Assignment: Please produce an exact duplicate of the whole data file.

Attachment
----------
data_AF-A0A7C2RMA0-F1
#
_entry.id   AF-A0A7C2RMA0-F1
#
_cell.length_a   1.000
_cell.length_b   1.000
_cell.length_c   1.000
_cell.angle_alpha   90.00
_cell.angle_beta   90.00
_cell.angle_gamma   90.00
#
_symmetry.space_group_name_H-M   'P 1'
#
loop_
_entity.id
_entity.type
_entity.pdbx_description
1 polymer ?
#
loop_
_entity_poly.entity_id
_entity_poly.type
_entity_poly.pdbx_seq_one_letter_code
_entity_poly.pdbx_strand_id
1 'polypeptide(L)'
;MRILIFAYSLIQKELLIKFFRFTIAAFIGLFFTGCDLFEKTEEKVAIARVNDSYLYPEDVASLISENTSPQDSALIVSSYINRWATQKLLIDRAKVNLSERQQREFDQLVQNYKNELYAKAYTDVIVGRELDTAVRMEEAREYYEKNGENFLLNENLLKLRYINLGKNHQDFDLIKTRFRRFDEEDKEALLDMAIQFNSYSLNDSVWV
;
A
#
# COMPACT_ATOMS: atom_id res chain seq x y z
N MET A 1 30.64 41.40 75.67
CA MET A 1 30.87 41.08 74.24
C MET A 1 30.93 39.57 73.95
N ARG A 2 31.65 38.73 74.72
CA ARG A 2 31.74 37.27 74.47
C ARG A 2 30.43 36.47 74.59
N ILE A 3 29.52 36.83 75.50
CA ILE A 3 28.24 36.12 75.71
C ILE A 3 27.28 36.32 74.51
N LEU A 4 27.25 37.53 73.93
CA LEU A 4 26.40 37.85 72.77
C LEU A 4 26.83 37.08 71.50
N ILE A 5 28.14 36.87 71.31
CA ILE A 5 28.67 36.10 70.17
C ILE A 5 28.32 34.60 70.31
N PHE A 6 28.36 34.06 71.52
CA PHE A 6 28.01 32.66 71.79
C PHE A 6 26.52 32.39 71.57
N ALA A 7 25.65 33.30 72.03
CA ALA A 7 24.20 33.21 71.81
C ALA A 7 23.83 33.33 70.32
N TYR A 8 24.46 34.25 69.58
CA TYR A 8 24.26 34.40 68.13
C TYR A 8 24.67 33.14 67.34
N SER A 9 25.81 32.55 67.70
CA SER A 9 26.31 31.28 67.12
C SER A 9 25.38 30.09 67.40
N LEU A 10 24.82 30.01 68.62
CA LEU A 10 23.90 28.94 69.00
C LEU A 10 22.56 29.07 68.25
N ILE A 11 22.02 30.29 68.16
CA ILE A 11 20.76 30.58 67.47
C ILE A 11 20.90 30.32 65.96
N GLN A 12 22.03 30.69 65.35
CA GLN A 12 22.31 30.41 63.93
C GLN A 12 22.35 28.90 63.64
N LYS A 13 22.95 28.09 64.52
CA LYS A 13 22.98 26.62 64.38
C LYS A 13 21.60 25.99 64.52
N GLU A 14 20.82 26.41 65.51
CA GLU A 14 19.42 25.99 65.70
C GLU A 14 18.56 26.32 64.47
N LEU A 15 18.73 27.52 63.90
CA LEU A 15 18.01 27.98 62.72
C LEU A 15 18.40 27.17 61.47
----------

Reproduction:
data_AF-A0A7C2RMA0-F1
#
_entry.id   AF-A0A7C2RMA0-F1
#
_cell.length_a   1.000
_cell.length_b   1.000
_cell.length_c   1.000
_cell.angle_alpha   90.00
_cell.angle_beta   90.00
_cell.angle_gamma   90.00
#
_symmetry.space_group_name_H-M   'P 1'
#
loop_
_entity.id
_entity.type
_entity.pdbx_description
1 polymer ?
#
loop_
_entity_poly.entity_id
_entity_poly.type
_entity_poly.pdbx_seq_one_letter_code
_entity_poly.pdbx_strand_id
1 'polypeptide(L)'
;MRILIFAYSLIQKELLIKFFRFTIAAFIGLFFTGCDLFEKTEEKVAIARVNDSYLYPEDVASLISENTSPQDSALIVSSYINRWATQKLLIDRAKVNLSERQQREFDQLVQNYKNELYAKAYTDVIVGRELDTAVRMEEAREYYEKNGENFLLNENLLKLRYINLGKNHQDFDLIKTRFRRFDEEDKEALLDMAIQFNSYSLNDSVWV
;
A
#
# COMPACT_ATOMS: atom_id res chain seq x y z
N MET A 1 30.64 41.40 75.67
CA MET A 1 30.87 41.08 74.24
C MET A 1 30.93 39.57 73.95
N ARG A 2 31.65 38.73 74.72
CA ARG A 2 31.74 37.27 74.47
C ARG A 2 30.43 36.47 74.59
N ILE A 3 29.52 36.83 75.50
CA ILE A 3 28.24 36.12 75.71
C ILE A 3 27.28 36.32 74.51
N LEU A 4 27.25 37.53 73.93
CA LEU A 4 26.40 37.85 72.77
C LEU A 4 26.83 37.08 71.50
N ILE A 5 28.14 36.87 71.31
CA ILE A 5 28.67 36.10 70.17
C ILE A 5 28.32 34.60 70.31
N PHE A 6 28.36 34.06 71.52
CA PHE A 6 28.01 32.66 71.79
C PHE A 6 26.52 32.39 71.57
N ALA A 7 25.65 33.30 72.03
CA ALA A 7 24.20 33.21 71.81
C ALA A 7 23.83 33.33 70.32
N TYR A 8 24.46 34.25 69.58
CA TYR A 8 24.26 34.40 68.13
C TYR A 8 24.67 33.14 67.34
N SER A 9 25.81 32.55 67.70
CA SER A 9 26.31 31.28 67.12
C SER A 9 25.38 30.09 67.40
N LEU A 10 24.82 30.01 68.62
CA LEU A 10 23.90 28.94 69.00
C LEU A 10 22.56 29.07 68.25
N ILE A 11 22.02 30.29 68.16
CA ILE A 11 20.76 30.58 67.47
C ILE A 11 20.90 30.32 65.96
N GLN A 12 22.03 30.69 65.35
CA GLN A 12 22.31 30.41 63.93
C GLN A 12 22.35 28.90 63.64
N LYS A 13 22.95 28.09 64.52
CA LYS A 13 22.98 26.62 64.38
C LYS A 13 21.60 25.99 64.52
N GLU A 14 20.82 26.41 65.51
CA GLU A 14 19.42 25.99 65.70
C GLU A 14 18.56 26.32 64.47
N LEU A 15 18.73 27.52 63.90
CA LEU A 15 18.01 27.98 62.72
C LEU A 15 18.40 27.17 61.47